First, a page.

balloon riots

The first public demonstration of a lighter-than-air machine took place in 1783, in Annonay, France, when Joseph and Jacques Montgolfier, two brothers who owned a paper mill, sent up an unmanned hot-air balloon.

early balloon found here

After their success, the brothers went to Paris and built another larger one. On September 19, 1783, in Versailles, the Montgolfiers flew the first passengers in a basket suspended below a hot-air balloon—a sheep, a rooster, and a duck.

Miss Dietrich with her duck in a basket found here

On August 27, 1783, Jacques Alexandre César Charles launched the first balloon inflated with hydrogen gas in Paris. Unlike the Montgolfier balloon, his hydrogen-inflated balloon was closed to contain the gas. The sphere ascended from the Place des Victories in Paris to a height of nearly 3,000 feet (914 meters) and came down some 15 miles (24 kilometers) away where terrified peasants attacked and destroyed it.

image found here

A flying craze arose in France and Scotland with James Tytler, Scotland’s first aeronaut and the first Briton to fly, but a year after the invention of the balloon, the English were still skeptical, and so George Biggin and ‘Vincent’ Lunardi, “The Daredevil Aeronaut”, decided to demonstrate a hydrogen balloon flight at the Artillery Ground of the Honourable Artillery Company in London in September 1784.

Lunardi found here

Lunardi first tried to obtain permission to go up from the grounds of the Chelsea Hospital. However, somebody else had already beaten him to it – a Frenchman, de Morel, who had made the first attempt with a whimsical hot air balloon shaped like a Chinese temple. This monster declined to leave the ground, which disappointed and infuriated the spectators; in their rage they destroyed the balloon.

image found here

In Lunardi’s case, because the 200,000 strong crowd had grown very impatient with delays in fully inflating the balloon, the young Italian had to take-off without his friend Biggin, but he was accompanied by a dog, a cat and a caged pigeon. The flight travelled in a northerly direction towards Hertfordshire, with Lunardi making a stop in Welham Green, where the cat was set free as it seemed airsick.

flying cat found here

The 24 mile flight brought Lunardi fame and began the ballooning fad that inspired fashions of the day—Lunardi skirts were decorated with balloon styles, and in Scotland, the Lunardi Bonnet was named after him, and is even mentioned by Robert Burns in his poem ‘To a Louse’, written about a young woman called Jenny, who had a louse scampering in her Lunardi bonnet.

balloon bonnet found here

Lunardi went on to build larger and better balloons decorated with Union Jacks, in which manner he ‘wished to express his respects and devotion to everything which the word “British” stands for’. His faithful friend Biggin and a Mrs Letitia Sage, an actress, were to have accompanied him on a trip from Moorefields, but the lifting capacity of the balloon was poor, so Lunardi started alone. Soon afterwards he had to come down again, near Tottenham Court Road, because the envelope turned out to be leaking. The well-tried patience of Biggin was finally rewarded later that year when, on 29 June, he was able to ascend himself, accompanied by Mrs Sage.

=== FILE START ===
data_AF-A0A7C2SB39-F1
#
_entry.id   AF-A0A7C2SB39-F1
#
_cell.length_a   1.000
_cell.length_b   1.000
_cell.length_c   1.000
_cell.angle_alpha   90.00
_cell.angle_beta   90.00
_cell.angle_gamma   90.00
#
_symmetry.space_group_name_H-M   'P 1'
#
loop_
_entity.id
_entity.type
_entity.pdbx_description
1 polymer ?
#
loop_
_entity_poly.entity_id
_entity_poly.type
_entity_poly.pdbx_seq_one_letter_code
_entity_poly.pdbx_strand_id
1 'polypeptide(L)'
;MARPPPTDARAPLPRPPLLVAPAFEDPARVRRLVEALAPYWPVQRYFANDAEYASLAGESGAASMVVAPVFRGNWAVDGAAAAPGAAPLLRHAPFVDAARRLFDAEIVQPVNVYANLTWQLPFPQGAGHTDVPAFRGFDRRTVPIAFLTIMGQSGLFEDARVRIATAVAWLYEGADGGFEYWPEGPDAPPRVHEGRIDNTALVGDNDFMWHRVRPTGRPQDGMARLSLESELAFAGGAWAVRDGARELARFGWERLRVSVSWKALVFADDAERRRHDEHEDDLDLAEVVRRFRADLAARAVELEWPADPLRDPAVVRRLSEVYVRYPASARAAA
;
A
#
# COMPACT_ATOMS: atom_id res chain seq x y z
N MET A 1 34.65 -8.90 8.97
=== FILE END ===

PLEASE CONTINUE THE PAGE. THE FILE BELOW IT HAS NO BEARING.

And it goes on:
Letitia Sage found here

Mrs Sage was described as Junoesque, and apparently weighed in at over 200 pounds. On the day she wore a very low cut silk dress, apparently to aid ‘wind resistance’. Her fellow passenger was the dashing George Biggin, a young and wealthy Old Etonian.

no wind resistance found here

Unfortunately the balloon was overloaded. (Afterwards Mrs Sage blamed herself because she hadn’t told Lunardi her weight and he’d been too polite to ask). Lunardi seemed to have no qualms about stepping out and letting the apparently inexperienced Mr Biggin take to the air with Mrs Sage. Unfortunately in his haste to depart, Lunardi failed to do up the lacings of the gondola door. As the balloon sailed away over Picadilly the beautiful Mrs Sage was on all fours re-threading the lacings to close the door. Apparently the crowd assumed she had fainted and was perhaps receiving some kind of intimate first aid from Mr Biggin.

daisyfae had to lace me into this corset in Chicago 2011

In fact she was coolly re-threading the lacings to make the gondola safe again. In due course the two of them were lunching off sparkling Italian wine and cold chicken, occasionally calling to people below through a speaking trumpet.

The flight followed the line of the Thames westwards finally landing heavily in Harrow on the Hill where the balloon damaged a hedge and gouged a strip through the middle of an uncut hayfield, leaving the farmer ranting abuse and threats. The honour of the first female aeronaut was saved by the young gentlemen/boys of Harrow school who had a whip-round to pay off the farmer and then carried Mrs Sage bodily, in triumph, to the local pub.

Later there was much speculation at Mr Biggin’s club as to whether he had been the first man to “board” a female aeronaut in flight…….